Working in collaboration with Navy Arms, in 1970 the firm of Davide Pedersoli & Co., also of Brescia, Italy, began producing most of a modern Remington Rolling Block copy. Actually, at that time the Italian manufacturer reproduced everything but the barrel, and the parts were all shipped to Navy Arms’ facility in New Jersey, where the actions were fitted with a 45-70 barrel.
Then, in 1983, Pedersoli began to build complete modern copies of the widely used single-shot rolling block-action blackpowder cartridge rifles dating from the late 1800s.
Today, Pedersoli is also recognized as one of the more prolific manufacturers of Sharps rifles and carbines. The company produced its first Sharps, a “Sporting Rifle” model in 45-70 Government, back in January, 1993. Today, the company catalogs the most complete selection of Sharps rifle and carbine models available from a single manufacturer. Many of the rifles offered as other “brands” in this country are actually produced in Italy by Davide Pedersoli & Co.
Armi Chiappa, better known in the U.S. as Armi Sport, is another Italian manufacturer of Sharps rifles and carbines. Altogether, the company offers more than a dozen different models or variations, ranging from a percussion New Model 1859 Rifle and Carbine to an elaborately engraved deluxe copy of a Model 1874 Hartford-built Sporting Rifle.
Again, like IAB Arms and the Pedersoli company, Armi Sport’s Sharps reproductions are offered by a number of importers in the U.S., primarily Cimarron F.A. Co. and Taylor’s & Co.
In the U.S., the heart of Sharps rifle manufacturing today is located in Big Timber, MT. Shiloh Rifle Company, now known as Shiloh Rifle Manufacturing Company, moved from their original manufacturing facility located on Long Island, New York to the C. Sharps Arms facility in the small south-central Montana town in 1983.
C. Sharps Arms was already operating its custom shop and distribution center there, and the move brought these two companies together under one roof, which was a primary reason for Shiloh’s relocation. That relationship ended in 1986, when both companies set out to establish their own Sharps lines. The manufacturing facilities of two companies are still within a block of each other.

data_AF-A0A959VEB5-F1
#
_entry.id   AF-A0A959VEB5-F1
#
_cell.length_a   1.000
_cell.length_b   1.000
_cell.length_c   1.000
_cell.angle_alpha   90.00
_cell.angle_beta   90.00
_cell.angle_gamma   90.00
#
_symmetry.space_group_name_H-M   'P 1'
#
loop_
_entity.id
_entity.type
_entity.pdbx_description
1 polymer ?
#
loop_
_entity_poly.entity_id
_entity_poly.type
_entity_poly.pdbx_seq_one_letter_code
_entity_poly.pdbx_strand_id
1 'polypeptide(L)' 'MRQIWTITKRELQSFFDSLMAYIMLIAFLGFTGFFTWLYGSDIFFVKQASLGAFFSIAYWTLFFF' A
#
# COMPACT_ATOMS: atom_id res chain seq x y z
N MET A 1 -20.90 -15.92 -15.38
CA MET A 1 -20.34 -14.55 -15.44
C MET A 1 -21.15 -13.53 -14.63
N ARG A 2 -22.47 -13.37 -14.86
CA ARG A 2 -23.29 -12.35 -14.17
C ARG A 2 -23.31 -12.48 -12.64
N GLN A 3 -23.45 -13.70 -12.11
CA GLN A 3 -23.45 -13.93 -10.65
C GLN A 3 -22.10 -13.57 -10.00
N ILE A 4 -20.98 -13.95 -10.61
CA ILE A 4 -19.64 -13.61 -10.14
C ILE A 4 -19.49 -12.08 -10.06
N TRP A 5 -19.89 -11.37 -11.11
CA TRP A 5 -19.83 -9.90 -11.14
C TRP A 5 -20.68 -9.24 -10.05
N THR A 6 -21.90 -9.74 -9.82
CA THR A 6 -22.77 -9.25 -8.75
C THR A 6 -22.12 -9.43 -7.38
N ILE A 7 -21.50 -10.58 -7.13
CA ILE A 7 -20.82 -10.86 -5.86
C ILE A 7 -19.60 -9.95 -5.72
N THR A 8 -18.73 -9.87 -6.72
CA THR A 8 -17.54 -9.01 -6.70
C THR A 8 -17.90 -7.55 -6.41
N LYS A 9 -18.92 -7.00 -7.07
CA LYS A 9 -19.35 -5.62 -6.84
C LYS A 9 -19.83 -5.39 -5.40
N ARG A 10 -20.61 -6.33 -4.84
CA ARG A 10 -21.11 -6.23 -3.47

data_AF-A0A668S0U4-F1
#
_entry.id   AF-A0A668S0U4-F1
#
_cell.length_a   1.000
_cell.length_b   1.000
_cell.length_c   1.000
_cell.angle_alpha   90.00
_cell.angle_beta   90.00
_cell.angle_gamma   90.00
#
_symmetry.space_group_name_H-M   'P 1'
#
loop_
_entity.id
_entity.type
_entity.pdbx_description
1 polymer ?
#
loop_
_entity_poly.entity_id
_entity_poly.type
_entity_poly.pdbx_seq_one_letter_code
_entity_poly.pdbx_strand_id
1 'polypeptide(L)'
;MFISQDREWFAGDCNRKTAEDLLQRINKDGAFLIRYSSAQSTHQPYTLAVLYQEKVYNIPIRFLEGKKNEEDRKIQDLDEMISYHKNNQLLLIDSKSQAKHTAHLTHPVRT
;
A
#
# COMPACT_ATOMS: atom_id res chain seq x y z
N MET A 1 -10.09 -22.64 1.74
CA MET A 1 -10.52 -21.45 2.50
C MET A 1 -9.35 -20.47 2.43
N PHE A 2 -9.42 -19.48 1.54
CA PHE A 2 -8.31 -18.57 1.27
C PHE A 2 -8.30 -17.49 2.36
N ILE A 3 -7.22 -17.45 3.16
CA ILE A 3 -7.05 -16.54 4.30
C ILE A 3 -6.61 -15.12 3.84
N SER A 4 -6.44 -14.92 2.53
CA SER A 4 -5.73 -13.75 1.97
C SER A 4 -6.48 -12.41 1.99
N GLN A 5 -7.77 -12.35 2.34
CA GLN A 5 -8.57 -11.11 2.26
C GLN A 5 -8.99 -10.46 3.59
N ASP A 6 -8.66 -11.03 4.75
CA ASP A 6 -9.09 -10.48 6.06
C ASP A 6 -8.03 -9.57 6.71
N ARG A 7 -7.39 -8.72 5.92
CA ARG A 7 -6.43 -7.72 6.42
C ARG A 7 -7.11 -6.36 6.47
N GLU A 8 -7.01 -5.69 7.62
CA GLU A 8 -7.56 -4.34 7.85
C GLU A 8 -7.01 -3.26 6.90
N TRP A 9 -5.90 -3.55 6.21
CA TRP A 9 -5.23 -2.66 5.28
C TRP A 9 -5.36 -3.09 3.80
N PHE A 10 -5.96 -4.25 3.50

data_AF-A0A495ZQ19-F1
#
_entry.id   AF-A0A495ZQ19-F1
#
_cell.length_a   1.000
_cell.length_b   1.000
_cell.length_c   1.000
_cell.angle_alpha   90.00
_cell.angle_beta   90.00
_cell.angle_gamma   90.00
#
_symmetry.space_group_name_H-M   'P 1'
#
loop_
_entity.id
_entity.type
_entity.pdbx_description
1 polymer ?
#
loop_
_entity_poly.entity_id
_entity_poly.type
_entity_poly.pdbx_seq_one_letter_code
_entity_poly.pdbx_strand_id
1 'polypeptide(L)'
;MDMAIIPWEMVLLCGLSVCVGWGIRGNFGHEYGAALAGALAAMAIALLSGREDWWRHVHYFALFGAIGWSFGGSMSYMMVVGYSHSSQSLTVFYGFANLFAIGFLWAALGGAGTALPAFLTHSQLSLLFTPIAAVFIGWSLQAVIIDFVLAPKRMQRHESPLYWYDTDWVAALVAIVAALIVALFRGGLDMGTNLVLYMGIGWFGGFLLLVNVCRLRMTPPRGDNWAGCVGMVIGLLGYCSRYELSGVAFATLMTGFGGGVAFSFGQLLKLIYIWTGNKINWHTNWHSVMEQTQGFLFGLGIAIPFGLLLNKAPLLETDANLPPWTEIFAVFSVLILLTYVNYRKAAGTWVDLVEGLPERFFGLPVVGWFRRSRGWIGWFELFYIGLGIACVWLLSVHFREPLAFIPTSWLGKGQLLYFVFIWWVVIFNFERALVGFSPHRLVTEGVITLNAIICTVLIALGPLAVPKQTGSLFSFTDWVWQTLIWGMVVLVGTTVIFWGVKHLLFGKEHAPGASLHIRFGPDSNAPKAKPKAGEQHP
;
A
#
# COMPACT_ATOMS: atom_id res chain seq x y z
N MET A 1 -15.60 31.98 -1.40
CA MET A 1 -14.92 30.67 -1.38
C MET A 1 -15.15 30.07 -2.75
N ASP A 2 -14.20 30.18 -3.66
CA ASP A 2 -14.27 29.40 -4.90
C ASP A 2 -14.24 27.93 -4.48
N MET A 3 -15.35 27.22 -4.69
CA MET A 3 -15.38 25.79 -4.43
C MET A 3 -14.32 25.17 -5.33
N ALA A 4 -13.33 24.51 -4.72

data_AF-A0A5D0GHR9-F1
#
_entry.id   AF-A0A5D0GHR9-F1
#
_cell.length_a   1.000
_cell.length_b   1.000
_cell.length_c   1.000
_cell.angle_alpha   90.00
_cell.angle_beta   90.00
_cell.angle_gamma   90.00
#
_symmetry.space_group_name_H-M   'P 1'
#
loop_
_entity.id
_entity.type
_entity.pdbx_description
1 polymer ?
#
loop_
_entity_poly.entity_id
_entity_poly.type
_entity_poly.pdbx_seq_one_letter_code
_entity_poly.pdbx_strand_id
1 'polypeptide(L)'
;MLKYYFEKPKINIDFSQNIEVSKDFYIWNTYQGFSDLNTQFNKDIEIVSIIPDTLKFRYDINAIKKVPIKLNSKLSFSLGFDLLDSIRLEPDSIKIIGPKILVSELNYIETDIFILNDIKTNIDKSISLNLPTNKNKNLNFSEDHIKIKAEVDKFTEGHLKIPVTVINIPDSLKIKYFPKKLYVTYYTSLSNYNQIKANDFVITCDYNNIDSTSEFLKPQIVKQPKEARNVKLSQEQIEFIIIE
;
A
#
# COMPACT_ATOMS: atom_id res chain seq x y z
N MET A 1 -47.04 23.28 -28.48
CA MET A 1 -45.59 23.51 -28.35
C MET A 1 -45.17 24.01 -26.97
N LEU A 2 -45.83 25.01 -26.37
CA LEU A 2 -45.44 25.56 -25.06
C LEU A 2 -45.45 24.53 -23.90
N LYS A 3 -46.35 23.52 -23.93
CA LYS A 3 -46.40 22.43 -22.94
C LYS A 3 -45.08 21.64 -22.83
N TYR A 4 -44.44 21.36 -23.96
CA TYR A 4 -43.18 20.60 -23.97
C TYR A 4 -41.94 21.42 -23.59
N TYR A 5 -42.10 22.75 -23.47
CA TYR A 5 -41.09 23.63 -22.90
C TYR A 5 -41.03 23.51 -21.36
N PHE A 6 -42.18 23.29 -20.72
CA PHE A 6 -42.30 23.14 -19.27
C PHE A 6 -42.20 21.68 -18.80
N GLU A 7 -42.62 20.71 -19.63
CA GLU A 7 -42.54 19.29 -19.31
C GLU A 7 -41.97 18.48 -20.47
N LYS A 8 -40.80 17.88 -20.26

When it comes to production Sharps copies, many blackpowder cartridge rifle shooters today continue to consider the rifles produced by Shiloh Rifle Manufacturing Company to be the cream of the crop. The fit and finish of the Model 1863 percussion rifle and carbine, along with the many versions of the Model 1874 metallic cartridge rifles produced by this maker, is superb and in no way second to the quality of any other maker.
Shiloh manufactured the Sharps rifle that Americans are now most familiar with, thanks to the movie featuring actor Tom Selleck – Quigley Down Under. And much like the rifles produced at the original Sharps plants in Hartford and Bridgeport, Connecticut, it’s often hard to recognize one of the Shiloh rifles as one particular version or another due to all of the optional custom features available.
C. Sharps Arms was founded in 1975 by John Schoffstall, and brought its first Sharps New Model 1863 Rifle and Carbine reproductions to market in 1976. At that time, the company relied heavily on the early Shiloh operation in Farmingdale, New York to do their manufacturing. John played an instrumental role in getting Shiloh to make the move to Montana in 1983, where the company continued to produce both Shiloh and C. Sharps Arms rifles. Today, C. Sharps Arms has full manufacturing capability and is noted for the extremely high quality versions of the Model 1874 Hartford- and Bridgeport-produced Sharps originals.
The company also offers a beautiful rendition of the Model 1877 Sharps, also known as “The English Model,” but if this slim and trim back-action lock Sharps reproduction catches your eye, be ready to hang on to your pocket book. With a few optional upgrades, this great-handling beauty could set you back more than $10,000!
The Sharps manufacturers just covered are the primary makers of today’s modern Sharps breech-loading rifles and carbines. Prior to the early reproductions that were successfully brought to market in 1975 by Shiloh Products, Inc., there were several other attempts during the late 1960s and early 1970s, but they simply failed to get off the ground. Those makers featured here are the companies that have worked hard to build and market quality copies of the big and famous drop-block single shots that are so often simply referred to as “Old Reliable.”
This article is an excerpt from Gun Digest annual book 2009. To get all 63 editions of the book — 1944 – 2009 — on a 3-DVD set Click Here.
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